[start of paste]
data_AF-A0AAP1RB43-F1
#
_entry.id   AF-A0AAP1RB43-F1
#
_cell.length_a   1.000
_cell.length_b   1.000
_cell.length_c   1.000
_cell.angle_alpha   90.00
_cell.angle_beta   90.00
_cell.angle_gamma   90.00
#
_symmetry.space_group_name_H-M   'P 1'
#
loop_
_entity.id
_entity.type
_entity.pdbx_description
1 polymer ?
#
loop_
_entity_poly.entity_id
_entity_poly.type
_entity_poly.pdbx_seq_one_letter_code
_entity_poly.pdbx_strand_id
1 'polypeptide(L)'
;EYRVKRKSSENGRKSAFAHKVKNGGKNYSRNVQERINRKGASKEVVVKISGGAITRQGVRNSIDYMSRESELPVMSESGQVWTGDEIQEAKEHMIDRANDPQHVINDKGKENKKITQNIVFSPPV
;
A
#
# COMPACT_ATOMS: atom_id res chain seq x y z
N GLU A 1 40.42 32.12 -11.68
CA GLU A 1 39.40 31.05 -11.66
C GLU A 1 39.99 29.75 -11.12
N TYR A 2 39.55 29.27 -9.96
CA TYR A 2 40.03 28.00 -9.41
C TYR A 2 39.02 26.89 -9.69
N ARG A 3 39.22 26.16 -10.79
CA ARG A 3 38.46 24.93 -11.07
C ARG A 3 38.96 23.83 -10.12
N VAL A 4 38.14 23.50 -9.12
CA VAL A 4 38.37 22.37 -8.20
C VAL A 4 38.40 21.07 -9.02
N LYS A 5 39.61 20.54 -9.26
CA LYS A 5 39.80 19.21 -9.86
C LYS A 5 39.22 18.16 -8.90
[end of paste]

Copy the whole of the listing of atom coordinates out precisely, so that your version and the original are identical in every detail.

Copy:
data_AF-A0AAP1RB43-F1
#
_entry.id   AF-A0AAP1RB43-F1
#
_cell.length_a   1.000
_cell.length_b   1.000
_cell.length_c   1.000
_cell.angle_alpha   90.00
_cell.angle_beta   90.00
_cell.angle_gamma   90.00
#
_symmetry.space_group_name_H-M   'P 1'
#
loop_
_entity.id
_entity.type
_entity.pdbx_description
1 polymer ?
#
loop_
_entity_poly.entity_id
_entity_poly.type
_entity_poly.pdbx_seq_one_letter_code
_entity_poly.pdbx_strand_id
1 'polypeptide(L)'
;EYRVKRKSSENGRKSAFAHKVKNGGKNYSRNVQERINRKGASKEVVVKISGGAITRQGVRNSIDYMSRESELPVMSESGQVWTGDEIQEAKEHMIDRANDPQHVINDKGKENKKITQNIVFSPPV
;
A
#
# COMPACT_ATOMS: atom_id res chain seq x y z
N GLU A 1 40.42 32.12 -11.68
CA GLU A 1 39.40 31.05 -11.66
C GLU A 1 39.99 29.75 -11.12
N TYR A 2 39.55 29.27 -9.96
CA TYR A 2 40.03 28.00 -9.41
C TYR A 2 39.02 26.89 -9.69
N ARG A 3 39.22 26.16 -10.79
CA ARG A 3 38.46 24.93 -11.07
C ARG A 3 38.96 23.83 -10.12
N VAL A 4 38.14 23.50 -9.12
CA VAL A 4 38.37 22.37 -8.20
C VAL A 4 38.40 21.07 -9.02
N LYS A 5 39.61 20.54 -9.26
CA LYS A 5 39.80 19.21 -9.86
C LYS A 5 39.22 18.16 -8.90